I enjoy the variety and challenges working with multiple clients brings. It isn’t uncommon for me to work on a legal issue with a client’s attorneys, help research and vet vendors for a corporate move or marketing initiative, write business requirements for an IT project, participate in a strategic planning session, and help a manager address an issue with a direct report all in a single day. You can’t get bored as a fractional COO and you have to stay on your toes!
Small businesses are the backbone of our economy, and I have a passion for helping them.
What’s been the best source of new clients for you?
Everyone has heard the phrase “location, location, location” but in the world of a fractional executive, it’s “relationships, relationships, relationships”.
Cold calling and counting on a CEO to find your website just when they need your services is unlikely. Like most people, they prefer to work with people they know or people who are introduced to them by a trusted resource. I’ve found that anyone who works has good business or personal relationships with business owners are uniquely positioned to connect them to professional resources who can help them address their business challenges.
I tend to build relationships with other professionals in different industries and stay in contact so we can offer warm leads to each other when our clients and friends need help outside our area of expertise. Sometimes we end up working together with the same client.
Many of my clients use the Entrepreneur Operating System (EOS), have used fractional executives in other areas like finance, or are engaged in CEO peer groups. They have learned the benefit of strategically using outside resources as needed to grow and build their businesses.
Any insights you can share with us about how you built up your social media presence?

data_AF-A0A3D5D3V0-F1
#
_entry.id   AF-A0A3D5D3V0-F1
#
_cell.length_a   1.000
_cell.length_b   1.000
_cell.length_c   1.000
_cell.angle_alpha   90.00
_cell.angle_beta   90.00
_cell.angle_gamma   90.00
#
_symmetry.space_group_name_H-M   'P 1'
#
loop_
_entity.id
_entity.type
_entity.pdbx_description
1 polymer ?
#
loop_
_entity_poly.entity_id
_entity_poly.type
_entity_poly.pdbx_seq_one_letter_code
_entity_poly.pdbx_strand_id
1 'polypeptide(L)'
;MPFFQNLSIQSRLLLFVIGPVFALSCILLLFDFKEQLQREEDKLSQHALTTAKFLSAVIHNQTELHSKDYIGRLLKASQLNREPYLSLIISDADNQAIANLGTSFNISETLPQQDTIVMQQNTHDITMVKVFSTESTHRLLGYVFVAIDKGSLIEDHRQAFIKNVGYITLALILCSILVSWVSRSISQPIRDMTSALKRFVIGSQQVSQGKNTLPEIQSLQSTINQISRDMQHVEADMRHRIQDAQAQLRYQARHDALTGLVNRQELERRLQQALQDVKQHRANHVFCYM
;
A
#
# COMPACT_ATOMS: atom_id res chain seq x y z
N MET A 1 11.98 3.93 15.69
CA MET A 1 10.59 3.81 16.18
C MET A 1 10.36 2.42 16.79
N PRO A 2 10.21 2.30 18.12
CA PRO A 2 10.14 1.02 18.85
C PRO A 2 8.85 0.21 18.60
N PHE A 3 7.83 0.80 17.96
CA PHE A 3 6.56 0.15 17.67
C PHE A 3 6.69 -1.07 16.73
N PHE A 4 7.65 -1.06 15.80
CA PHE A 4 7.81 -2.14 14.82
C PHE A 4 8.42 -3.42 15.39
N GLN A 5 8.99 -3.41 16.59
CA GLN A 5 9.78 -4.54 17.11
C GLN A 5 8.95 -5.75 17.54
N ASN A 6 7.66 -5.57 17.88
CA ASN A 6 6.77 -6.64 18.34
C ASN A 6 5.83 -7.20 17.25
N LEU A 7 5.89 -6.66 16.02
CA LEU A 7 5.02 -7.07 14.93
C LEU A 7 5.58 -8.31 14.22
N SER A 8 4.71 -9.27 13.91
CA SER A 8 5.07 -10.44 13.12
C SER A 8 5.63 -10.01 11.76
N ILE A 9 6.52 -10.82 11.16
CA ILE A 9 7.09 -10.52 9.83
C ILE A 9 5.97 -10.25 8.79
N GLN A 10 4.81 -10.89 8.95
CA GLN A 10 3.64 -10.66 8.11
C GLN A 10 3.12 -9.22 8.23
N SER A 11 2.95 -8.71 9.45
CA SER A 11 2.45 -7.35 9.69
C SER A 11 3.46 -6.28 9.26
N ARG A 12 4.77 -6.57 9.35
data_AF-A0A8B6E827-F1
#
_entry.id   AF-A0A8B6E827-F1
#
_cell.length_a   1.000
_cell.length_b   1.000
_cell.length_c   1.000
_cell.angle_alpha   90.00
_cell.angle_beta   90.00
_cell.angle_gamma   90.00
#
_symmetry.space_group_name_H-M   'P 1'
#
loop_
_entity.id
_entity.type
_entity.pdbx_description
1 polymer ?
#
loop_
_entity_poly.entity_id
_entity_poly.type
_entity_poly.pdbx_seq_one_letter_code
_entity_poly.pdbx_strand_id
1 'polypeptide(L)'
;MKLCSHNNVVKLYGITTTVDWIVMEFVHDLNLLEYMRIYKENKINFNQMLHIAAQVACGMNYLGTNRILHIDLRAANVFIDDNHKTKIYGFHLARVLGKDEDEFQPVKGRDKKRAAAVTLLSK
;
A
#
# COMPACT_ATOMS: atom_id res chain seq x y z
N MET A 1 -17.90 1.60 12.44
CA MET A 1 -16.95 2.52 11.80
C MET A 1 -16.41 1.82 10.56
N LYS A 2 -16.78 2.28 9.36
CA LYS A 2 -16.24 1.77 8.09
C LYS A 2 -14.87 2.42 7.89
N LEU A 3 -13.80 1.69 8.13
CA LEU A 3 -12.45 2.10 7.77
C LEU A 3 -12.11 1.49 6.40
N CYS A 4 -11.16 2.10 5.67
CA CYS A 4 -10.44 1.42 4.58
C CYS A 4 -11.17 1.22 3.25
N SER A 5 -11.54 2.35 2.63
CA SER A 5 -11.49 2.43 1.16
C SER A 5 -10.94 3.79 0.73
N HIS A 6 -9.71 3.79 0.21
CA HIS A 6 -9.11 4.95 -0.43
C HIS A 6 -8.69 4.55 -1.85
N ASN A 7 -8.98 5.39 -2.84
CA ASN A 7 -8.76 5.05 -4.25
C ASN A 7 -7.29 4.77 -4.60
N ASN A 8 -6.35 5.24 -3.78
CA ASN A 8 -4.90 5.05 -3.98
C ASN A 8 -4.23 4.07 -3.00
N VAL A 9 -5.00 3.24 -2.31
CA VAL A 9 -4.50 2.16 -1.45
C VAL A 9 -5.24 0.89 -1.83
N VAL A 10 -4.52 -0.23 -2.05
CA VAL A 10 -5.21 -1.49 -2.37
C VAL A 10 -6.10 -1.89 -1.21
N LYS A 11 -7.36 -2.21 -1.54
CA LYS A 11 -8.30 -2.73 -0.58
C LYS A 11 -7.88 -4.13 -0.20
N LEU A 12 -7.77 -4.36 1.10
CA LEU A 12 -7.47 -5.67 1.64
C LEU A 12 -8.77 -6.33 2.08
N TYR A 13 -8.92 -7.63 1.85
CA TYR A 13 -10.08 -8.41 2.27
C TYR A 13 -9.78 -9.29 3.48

Social media allows me to build my brand and reputation as an operations thought leader for small businesses in a way not possible before. Because I exclusively work with small businesses, LinkedIn is the single best way for me to reach my target audience on a wide scale.
I am very intentional about content. I write almost 100% of it myself so people understand how I think and approach business as opposed to many who link to or post content from other sources. I focus on the challenges and issues – professional and personal – other business owners, executives, and managers deal with on a daily basis. I also comment and engage discussion with other professionals’ posts to add a different perspective and build connections with new people.
Other than writing relevant content, the two things I keep in mind when using social media are to make my posts readable and to start with an introduction that makes people want to keep reading. I read a book about those concepts and made a couple of very simple changes to my blogs and my readership tripled from one blog to the next. It has remained higher when I employ those techniques.